Mr. Murphy's letter to the editor regarding your editorial gave you the opportunity to make a Great Retort and I am Happy you took the advantage since you struck the nail right on the head, with having to do very little investigative journalism The problem is staring us all in the face. I am going to comment on two of your points Mr. Wangersky. In your first statement you said "one of the things that is clear is that Newfoundland and Labrador is an extremely difficult place to do investigative journalism". "Why you asked"? Your answer was "because it is a small place where the provincial government — of any political stripe — has a long reach. It funds businesses, it partners with businesses, it “invests” in businesses, and often, it is a major customer of businesses. And he who pays the piper, calls the tune. In your second statement you said "Not long ago, former Gander and Area Chamber of Commerce president Barry Warren said that Municipal Affairs minister Kevin O’Brien had threatened the chamber". "Why, Warren was asked, aren’t other businessmen coming forward to support the story"? "Easy, he said: they do business with government, and they can’t afford to talk...... MY OPINION IS, IF OTHERS AMONGST US HAVEN'T NOTICE, that these are the very reasons our province has not been able to move forward over the past 64 years, then we will be in great economic turmoil for a long, long time to come Between the political system in our province and that in Ottawa, we have become the basket case of Canada and that is despite our great abundant natural resource base and our great strategic geographic location situated at every point on the Atlantic Ocean Trade routes. Corruption abounds in Newfoundland and Labrador and it will be the order of the day until the electorate of our province smartens up. Don't expect those who are getting rich from the Corrupt Political and Economic System described in your article to stop protesting on their own behalf, they will forever keep the rest of us in the "have not" echelon of society. We Newfoundlanders and Labradorians who are the great majority have to take a Stand!!!! It is in our hands! By the way Bill 29 was instituted to cover up a lot of sins and amongst them are those who would be perceived to have 'conflict of interests' over contracts they will be awarded for the development of Muskrat Falls.

  • Maurice E. Adams
    September 24, 2013 - 08:52

    Priceless. Right to the point. Right to the heart of the issue. Well done Mr. Wangersky. You have been, and are, doing a great service to the people of this province.

  • Ben
    September 24, 2013 - 08:49

    It’s funny you mention the incident in Gander, brought forward by a defeated Liberal candidate in the area. BTW the chamber did come out and say that things were blown out of proportion and things did not happen that way. What MHA would hold back money from his own district? It doesn’t even make sense! In most districts in this province if there is a function taking place, the elected officials in that area would take part in it. I don't know why an MHA from the St Johns area would expect to be acknowledged there, he/she can certainly be there but would not serve a function. This is much to do about nothing! The funniest thing I have seen is David Zelcer chasing Kevin O'Brien around Hotel Gander asking him for a comment. Maybe he should have asked Scott Simms if he was allowed to serve breakfast that morning. I think we all know what he would have said and that’s why it has not been reported. So to me I would like to see the reporters research and report all sides of a story, not just the negative one against the government. But then I guess it’s what sells a story and that’s what journalism in NL is about these days.

  • Don II
    September 24, 2013 - 08:29

    Well said Mr. Wangersky, you have hit the nail on the head! The facts and the truth cannot be known in Newfoundland and Labrador due to the culture of secrecy and cover up that has long existed at every level within the Government of Newfoundland. The behind the scenes secret meetings, the back dated letters, the lobbyists (registered or not) and their influence , the smear tactics used to discredit critics, the withholding of information, the real reasons behind the changes to legislation, the ignoring of blatant breaches of the law, the unethical (if not unlawful)plans and plots hatched by politicians, bureaucrats and their cronies are rarely exposed. It appears that if the media could access the facts and the truth there would be a Government involved scandal headline to publish every week!

  • Concerned Citizen
    September 24, 2013 - 08:04

    I agree with Mr. Wangersky. A prime example of this is the legal aid lawer in Gander who was suspended by his employer, the PC government, after he spoke out against justice cuts in the March budget.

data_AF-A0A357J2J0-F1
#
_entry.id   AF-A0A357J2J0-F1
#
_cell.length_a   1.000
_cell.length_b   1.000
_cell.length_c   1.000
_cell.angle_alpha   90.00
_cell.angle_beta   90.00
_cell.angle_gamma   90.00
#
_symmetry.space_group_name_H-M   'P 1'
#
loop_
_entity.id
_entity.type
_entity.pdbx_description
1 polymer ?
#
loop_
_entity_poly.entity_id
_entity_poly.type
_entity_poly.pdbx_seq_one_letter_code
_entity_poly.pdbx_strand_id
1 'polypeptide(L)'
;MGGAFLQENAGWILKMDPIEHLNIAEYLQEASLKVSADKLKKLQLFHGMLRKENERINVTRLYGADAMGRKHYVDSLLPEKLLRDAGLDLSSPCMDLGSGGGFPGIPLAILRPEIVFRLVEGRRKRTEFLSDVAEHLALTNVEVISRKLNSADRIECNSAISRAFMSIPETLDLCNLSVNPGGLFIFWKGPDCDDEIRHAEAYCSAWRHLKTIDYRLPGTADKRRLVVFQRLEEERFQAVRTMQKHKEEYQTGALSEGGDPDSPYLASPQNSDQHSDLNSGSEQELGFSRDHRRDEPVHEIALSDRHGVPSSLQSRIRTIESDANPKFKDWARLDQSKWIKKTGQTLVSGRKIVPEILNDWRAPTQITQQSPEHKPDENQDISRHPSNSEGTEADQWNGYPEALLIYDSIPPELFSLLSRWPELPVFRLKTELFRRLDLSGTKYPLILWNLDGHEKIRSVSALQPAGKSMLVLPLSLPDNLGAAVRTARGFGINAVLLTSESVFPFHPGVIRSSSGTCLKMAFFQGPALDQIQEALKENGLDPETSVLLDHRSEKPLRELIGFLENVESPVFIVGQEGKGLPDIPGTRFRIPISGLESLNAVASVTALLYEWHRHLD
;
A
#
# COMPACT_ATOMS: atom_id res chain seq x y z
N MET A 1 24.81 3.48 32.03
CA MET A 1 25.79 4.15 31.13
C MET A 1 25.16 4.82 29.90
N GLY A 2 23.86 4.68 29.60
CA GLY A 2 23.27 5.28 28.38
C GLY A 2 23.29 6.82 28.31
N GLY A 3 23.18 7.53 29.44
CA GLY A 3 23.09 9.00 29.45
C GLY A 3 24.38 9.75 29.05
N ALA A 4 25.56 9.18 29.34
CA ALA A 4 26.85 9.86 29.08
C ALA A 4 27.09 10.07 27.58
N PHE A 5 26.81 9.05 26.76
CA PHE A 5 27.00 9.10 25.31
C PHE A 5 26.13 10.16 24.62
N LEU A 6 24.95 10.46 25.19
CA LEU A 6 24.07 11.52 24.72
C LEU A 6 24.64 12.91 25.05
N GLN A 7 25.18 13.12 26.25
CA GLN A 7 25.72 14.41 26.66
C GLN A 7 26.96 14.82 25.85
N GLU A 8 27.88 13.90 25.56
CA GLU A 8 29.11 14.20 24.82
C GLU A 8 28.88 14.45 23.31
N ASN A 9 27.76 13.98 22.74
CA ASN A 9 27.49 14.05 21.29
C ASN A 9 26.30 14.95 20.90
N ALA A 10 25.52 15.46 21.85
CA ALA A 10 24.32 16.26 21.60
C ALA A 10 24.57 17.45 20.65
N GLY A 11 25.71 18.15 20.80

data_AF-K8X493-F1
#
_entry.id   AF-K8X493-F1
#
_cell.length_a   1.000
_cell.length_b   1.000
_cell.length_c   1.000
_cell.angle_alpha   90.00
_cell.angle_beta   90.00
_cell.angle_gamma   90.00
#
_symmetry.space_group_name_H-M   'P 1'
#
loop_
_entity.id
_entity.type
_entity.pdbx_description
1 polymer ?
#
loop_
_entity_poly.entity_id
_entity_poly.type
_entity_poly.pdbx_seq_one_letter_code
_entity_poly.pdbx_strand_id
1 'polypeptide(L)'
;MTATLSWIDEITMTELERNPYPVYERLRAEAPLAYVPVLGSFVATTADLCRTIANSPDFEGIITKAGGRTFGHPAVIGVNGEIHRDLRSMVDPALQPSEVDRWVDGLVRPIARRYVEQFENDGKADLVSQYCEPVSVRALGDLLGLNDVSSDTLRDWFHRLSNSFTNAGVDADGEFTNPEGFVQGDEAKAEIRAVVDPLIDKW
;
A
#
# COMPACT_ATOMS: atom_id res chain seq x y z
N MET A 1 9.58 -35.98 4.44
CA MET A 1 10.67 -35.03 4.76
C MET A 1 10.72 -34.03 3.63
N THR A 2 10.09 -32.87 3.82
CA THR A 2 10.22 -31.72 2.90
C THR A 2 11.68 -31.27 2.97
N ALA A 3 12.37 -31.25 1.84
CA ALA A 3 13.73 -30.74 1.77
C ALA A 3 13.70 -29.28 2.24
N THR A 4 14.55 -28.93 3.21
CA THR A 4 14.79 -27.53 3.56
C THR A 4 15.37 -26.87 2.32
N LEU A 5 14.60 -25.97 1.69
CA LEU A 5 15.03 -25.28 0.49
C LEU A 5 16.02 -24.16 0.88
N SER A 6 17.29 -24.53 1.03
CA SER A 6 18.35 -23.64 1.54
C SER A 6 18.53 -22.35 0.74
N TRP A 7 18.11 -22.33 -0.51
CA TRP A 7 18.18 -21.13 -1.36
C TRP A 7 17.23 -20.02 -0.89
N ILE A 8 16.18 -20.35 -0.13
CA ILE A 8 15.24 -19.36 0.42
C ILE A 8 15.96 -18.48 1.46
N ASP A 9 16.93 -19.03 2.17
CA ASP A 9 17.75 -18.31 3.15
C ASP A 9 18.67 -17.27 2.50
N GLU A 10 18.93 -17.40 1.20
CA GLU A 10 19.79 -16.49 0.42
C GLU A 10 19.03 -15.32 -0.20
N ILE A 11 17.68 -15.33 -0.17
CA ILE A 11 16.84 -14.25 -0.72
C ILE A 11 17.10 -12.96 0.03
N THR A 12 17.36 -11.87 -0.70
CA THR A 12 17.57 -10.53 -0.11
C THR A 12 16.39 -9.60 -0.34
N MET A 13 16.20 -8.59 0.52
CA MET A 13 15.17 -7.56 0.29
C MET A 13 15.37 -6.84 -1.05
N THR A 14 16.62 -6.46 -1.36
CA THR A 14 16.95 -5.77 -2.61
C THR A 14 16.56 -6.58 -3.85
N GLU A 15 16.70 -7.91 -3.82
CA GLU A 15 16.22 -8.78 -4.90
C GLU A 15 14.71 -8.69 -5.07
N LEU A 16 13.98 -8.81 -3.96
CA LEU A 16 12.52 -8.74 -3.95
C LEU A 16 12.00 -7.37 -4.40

• Colin
    September 24, 2013 - 08:01

    Sorry to be "that guy," but you are in the business of writing, so: If you had a nickel for every businessperson you talked to, you'd have five cents. One nickel in payment for every time. In order to make more than that, you'd need a nickel for "each" one you talked to.

  • Eli
    September 24, 2013 - 07:38

    Well said Mr. Wangersky. I've said it for years: "Where's the opinion of the so called intelligentia in matters that need to be questioned". There are 2 few but like you said, they're scared witless in fear of losing some lucrative contract or appointment to a board.

  • John Smith
    September 24, 2013 - 07:26

    Mr. Wangersky continues his tired tirade against the sitting government. He is against muskrat Falls, he was against Danny Williams, he is against Cathy Dunderdale...we know Russle...we know...we get it...thanks for protecting us from the big bad government...what would we ever do without your cliches, and hackneyed prose to keep us safe from the injustices of those out to get us us from the evil PCs...LOL give me a break...

    • Eli
      September 25, 2013 - 15:19

      Save us o Lord from the PC governments of this world.

  • hua mulan
    September 24, 2013 - 07:20

    this is some good article. I think what he is saying is that it is not Bill29 that is the culprit, but ourselves; it is not that the system is undemocratic, but something we poore peoples have let happen to be. Is he also not saying that before Confederation, our little towns were run by the whatever stripe of clergy was predominant therein, whereas now our little towns and successfullll businesses are successful because they kowtow to whatever political stripe is running the really big shew? Bill29 has not only hidden but really just made legal the long accepted nepotism, corruption and graft that is going down as normal affaires d'estates in our loverly idyllic quaint little far east of the western world just as advertised home province????

  • Jon Smith
    September 24, 2013 - 06:55

    "Executive Council September 23, 2013 Government’s Action on Disclosure Reflects Principles of Right to Know Week " See-government wants us to know everything that they want us to know and that they think we can handle. So why whine about it-just go away and wait until 2015 when government will tell us how to vote. No pressure being a Newfoundlander-just lay back and do as you're told and just because you're in that position don't think for a minute you are being screwed.

  • Pauline
    September 24, 2013 - 05:46

    Ok what's the difference between the liberals and the pcs, nothing, Because the Liberals been hiding behind Bill 29 since July 5 /2013, When they said no to Mr Murphy from corner brook. From running for the provincial liberal leadership race. All because of his article of June 24/2013. If this man is so bad, why don't they lets the people know. Its their duty.